Wednesday, November 6, 2013

Promising Practices Reflection

Promising Practices Reflection

On my drive to the Promising Practices Conference early Saturday morning, I began to panic because I realized I forgot to print out my ticket. Upon arriving I entered Donovan to find out that they were not checking tickets which made me think, "did I really have to spend $16 on this?" Despite this small dilemma I was able to find all my classmates and sit with them in the beginning of the conference. Each speaker introduced themselves, and spoke a little about how they were involved in Promising Practices. This may be a little blunt to state. but to be honest this part greatly bored me and I did not see how I was benefitting from listening to the panel of speakers talk about themselves. I began to look around the room and saw that at least seventy-five percent of the people who were attending the conference were preoccupied with their phones and the rest just didn't seem to care. I was completely turned off from the conference when it began to turn into a political debate verses a learning and educational environment.

The part that made me most uncomfortable was when questions we open to be asked by the audience. To be truthful I had no idea what was going on throughout the speeches so I had no need to ask any questions however, I felt very incompetent and uneducated when other people began to speak. They began asking such complex and detailed questions I sat there wondering why I was at this conference because I felt like I did not belong.

After being released from the hour and a half panel of speeches I attended my first conference which was "Real Voices." Once again I sat before a panel of speakers except this time I was a little more interested in the subject they were speaking about. No visuals such as handouts or powerpoints were provided and this honestly made me a little less engaged in this conference. I am a visual type of learning and I feel as if the speakers provided me with someone to look at during their speech I would be more engaged and interested in what they were saying. However, one of the speakers was a girl around my age so it was nice to hear her story and why she was involved with her group because I felt as though I could relate to her.

My second conference went a lot better then my first one did. I attended "Project Citizen" where State Coordinators, Michael Trofi and Michael Connolly were speaking about education for democratic citizenship. I was handed a manila folder with multiple informational packets in it which I mustb say was impressive. I really enjoyed listening to Michael Connolly speak because he was a very engaging speaker who involved and addressed the audience throughout his speech. He had a very smooth voice and even joked a little while talking which made his conference enjoyable. I felt relaxed and comfortable throughout this conference and paid close attention while the two speakers talked about ways to teach students how to become a part of public policy as a democratic citizen. I found this workshop very helpful because as an elementary school teacher I will be teaching some history and politics and it is important to be educated in the world around us. What I found really helpful was a paper provided that had what exactly students should be learning in each grade regarding politics. I thought this was very interesting and a useful tool for my toolbox for becoming a teacher.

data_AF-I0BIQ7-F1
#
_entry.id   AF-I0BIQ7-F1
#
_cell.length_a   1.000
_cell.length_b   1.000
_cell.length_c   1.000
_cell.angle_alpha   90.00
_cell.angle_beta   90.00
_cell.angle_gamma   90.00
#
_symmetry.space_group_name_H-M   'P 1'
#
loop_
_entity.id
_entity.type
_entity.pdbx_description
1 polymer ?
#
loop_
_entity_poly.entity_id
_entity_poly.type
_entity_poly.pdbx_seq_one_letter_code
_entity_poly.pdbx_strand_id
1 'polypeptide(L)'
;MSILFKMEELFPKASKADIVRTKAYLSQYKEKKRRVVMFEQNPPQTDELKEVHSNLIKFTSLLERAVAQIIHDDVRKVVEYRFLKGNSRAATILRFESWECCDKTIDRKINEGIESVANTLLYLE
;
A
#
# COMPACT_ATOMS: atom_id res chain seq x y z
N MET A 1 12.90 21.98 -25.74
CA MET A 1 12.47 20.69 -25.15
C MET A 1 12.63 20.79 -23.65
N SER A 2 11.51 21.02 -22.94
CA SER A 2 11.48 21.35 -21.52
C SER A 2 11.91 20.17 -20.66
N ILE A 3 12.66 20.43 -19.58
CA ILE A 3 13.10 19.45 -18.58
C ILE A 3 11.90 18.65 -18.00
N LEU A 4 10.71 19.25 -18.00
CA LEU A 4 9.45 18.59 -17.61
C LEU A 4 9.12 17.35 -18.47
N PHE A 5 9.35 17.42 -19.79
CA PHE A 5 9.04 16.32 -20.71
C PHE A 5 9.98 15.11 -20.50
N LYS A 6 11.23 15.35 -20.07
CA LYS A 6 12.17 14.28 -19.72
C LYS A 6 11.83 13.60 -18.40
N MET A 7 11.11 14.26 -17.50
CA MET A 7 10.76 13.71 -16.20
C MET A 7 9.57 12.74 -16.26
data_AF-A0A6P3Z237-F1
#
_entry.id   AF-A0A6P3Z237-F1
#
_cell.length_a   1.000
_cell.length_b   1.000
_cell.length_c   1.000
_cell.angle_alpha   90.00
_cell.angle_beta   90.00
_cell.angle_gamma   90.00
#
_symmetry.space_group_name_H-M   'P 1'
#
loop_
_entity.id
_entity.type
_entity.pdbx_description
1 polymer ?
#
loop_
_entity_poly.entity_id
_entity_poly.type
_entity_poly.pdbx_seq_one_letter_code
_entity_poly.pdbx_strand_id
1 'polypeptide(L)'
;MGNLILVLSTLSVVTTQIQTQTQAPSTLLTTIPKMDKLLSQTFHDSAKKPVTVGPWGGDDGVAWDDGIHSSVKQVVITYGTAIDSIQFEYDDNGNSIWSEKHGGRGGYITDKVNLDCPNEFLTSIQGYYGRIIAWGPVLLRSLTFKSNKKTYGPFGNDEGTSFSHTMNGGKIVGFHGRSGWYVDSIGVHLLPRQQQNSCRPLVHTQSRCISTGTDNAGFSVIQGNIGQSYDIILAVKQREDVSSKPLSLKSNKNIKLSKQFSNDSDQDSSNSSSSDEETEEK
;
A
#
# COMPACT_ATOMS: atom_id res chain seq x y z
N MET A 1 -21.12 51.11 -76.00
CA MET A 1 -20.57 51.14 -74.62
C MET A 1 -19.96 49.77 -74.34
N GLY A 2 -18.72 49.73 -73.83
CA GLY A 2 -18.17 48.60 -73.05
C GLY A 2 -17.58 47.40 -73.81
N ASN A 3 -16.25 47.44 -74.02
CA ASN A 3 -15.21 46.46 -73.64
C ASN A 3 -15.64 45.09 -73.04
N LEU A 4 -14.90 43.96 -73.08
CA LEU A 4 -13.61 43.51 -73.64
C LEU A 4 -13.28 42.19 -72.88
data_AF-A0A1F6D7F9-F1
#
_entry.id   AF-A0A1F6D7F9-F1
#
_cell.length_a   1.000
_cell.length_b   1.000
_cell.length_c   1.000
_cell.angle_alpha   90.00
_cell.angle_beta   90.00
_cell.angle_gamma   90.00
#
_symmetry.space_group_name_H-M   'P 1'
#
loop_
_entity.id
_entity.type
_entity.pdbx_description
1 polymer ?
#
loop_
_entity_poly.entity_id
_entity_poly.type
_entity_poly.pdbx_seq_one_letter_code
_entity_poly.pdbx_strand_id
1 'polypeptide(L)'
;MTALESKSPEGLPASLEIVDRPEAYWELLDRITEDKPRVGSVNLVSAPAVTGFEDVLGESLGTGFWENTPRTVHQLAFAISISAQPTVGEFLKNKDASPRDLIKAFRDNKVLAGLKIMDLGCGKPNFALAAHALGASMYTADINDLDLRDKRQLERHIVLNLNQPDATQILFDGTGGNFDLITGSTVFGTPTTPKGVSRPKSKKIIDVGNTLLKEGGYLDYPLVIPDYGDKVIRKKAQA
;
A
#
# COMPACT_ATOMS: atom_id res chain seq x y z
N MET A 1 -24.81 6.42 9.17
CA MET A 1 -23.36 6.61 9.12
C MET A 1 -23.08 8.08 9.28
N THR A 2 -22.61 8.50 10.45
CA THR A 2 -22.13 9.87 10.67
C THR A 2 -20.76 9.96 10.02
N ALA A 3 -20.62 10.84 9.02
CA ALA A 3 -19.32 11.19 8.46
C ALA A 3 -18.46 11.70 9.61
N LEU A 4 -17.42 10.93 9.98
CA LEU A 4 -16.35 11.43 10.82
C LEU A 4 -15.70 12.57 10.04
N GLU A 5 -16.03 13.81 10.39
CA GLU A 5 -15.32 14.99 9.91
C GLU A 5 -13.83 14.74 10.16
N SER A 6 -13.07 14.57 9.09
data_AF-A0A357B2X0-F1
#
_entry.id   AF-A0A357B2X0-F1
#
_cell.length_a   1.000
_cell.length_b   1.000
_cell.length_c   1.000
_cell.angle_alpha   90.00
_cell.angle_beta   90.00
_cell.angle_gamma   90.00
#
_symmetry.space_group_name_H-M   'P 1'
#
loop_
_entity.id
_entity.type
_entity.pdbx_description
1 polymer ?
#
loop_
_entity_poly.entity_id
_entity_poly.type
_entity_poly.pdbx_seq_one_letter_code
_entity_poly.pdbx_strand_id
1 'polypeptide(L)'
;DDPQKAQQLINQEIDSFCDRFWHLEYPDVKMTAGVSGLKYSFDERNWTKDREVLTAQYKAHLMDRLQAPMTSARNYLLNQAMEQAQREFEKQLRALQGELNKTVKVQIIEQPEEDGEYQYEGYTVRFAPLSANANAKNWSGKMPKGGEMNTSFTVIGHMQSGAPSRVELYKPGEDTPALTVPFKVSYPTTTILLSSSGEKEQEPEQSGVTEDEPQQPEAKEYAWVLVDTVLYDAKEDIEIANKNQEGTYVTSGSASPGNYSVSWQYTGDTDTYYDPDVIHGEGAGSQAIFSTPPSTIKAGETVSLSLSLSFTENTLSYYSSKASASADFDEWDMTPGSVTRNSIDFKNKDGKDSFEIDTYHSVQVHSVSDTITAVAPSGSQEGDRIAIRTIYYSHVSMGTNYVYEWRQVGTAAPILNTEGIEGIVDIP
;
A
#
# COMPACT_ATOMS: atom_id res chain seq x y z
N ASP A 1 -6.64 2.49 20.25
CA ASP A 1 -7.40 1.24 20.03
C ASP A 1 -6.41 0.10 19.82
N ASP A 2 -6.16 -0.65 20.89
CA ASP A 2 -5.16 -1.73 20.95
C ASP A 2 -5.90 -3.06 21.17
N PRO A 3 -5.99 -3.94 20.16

What I did not find helpful at all was the keynote speaker because I was not sure how this speech tide in and to be honest I was quite tired of hearing the word, "Chicago." I found this section of the conference useless and was not very pleased with the speaker. This part of the conference was very long which made me realize that the workshops were very short. It was very hard for the speakers in the workshops to get their points across with the small time they had and it did not help them that they were constantly interrupted by the people who kept reminding them to handout their survey sheets. I believe the speakers were pressured to pack a large amount of information into a small amount of time which made their speeches poor.

Overall I found my second conference very beneficial and I walked away with a lot of useful tools to teach children about the democratic world around them. I really liked how I was provided with the folder and all the information inside it. It was nice to finally have someone to help educate me not only on a specific topic, but how to teach that specific topic to children.

1 comment:

  1. I completely agree with you about the opening statements turning into a political, not debate, but basically talking about the state's issues. We are learning to become teachers and they should have been talking about that stuff, not politics.